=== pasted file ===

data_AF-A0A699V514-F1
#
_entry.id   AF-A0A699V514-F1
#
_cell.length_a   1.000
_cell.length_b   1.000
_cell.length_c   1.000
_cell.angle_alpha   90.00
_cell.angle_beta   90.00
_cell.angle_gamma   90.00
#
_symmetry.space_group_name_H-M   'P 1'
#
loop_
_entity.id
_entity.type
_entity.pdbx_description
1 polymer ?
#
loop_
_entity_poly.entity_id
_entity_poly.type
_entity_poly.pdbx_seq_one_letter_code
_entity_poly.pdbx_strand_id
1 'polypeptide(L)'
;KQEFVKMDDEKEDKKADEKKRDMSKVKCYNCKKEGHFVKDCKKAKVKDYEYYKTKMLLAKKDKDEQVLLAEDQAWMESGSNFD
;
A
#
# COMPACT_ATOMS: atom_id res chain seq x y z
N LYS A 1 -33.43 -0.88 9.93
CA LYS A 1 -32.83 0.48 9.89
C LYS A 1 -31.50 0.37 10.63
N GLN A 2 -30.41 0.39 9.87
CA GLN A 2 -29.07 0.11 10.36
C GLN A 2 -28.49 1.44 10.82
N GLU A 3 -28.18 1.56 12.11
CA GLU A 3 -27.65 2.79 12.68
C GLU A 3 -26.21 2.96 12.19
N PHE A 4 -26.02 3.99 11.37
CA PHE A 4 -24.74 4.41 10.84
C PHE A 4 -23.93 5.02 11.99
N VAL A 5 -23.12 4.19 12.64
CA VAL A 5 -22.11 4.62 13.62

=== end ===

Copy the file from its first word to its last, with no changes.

data_AF-A0A699V514-F1
#
_entry.id   AF-A0A699V514-F1
#
_cell.length_a   1.000
_cell.length_b   1.000
_cell.length_c   1.000
_cell.angle_alpha   90.00
_cell.angle_beta   90.00
_cell.angle_gamma   90.00
#
_symmetry.space_group_name_H-M   'P 1'
#
loop_
_entity.id
_entity.type
_entity.pdbx_description
1 polymer ?
#
loop_
_entity_poly.entity_id
_entity_poly.type
_entity_poly.pdbx_seq_one_letter_code
_entity_poly.pdbx_strand_id
1 'polypeptide(L)'
;KQEFVKMDDEKEDKKADEKKRDMSKVKCYNCKKEGHFVKDCKKAKVKDYEYYKTKMLLAKKDKDEQVLLAEDQAWMESGSNFD
;
A
#
# COMPACT_ATOMS: atom_id res chain seq x y z
N LYS A 1 -33.43 -0.88 9.93
CA LYS A 1 -32.83 0.48 9.89
C LYS A 1 -31.50 0.37 10.63
N GLN A 2 -30.41 0.39 9.87
CA GLN A 2 -29.07 0.11 10.36
C GLN A 2 -28.49 1.44 10.82
N GLU A 3 -28.18 1.56 12.11
CA GLU A 3 -27.65 2.79 12.68
C GLU A 3 -26.21 2.96 12.19
N PHE A 4 -26.02 3.99 11.37
CA PHE A 4 -24.74 4.41 10.84
C PHE A 4 -23.93 5.02 11.99
N VAL A 5 -23.12 4.19 12.64
CA VAL A 5 -22.11 4.62 13.62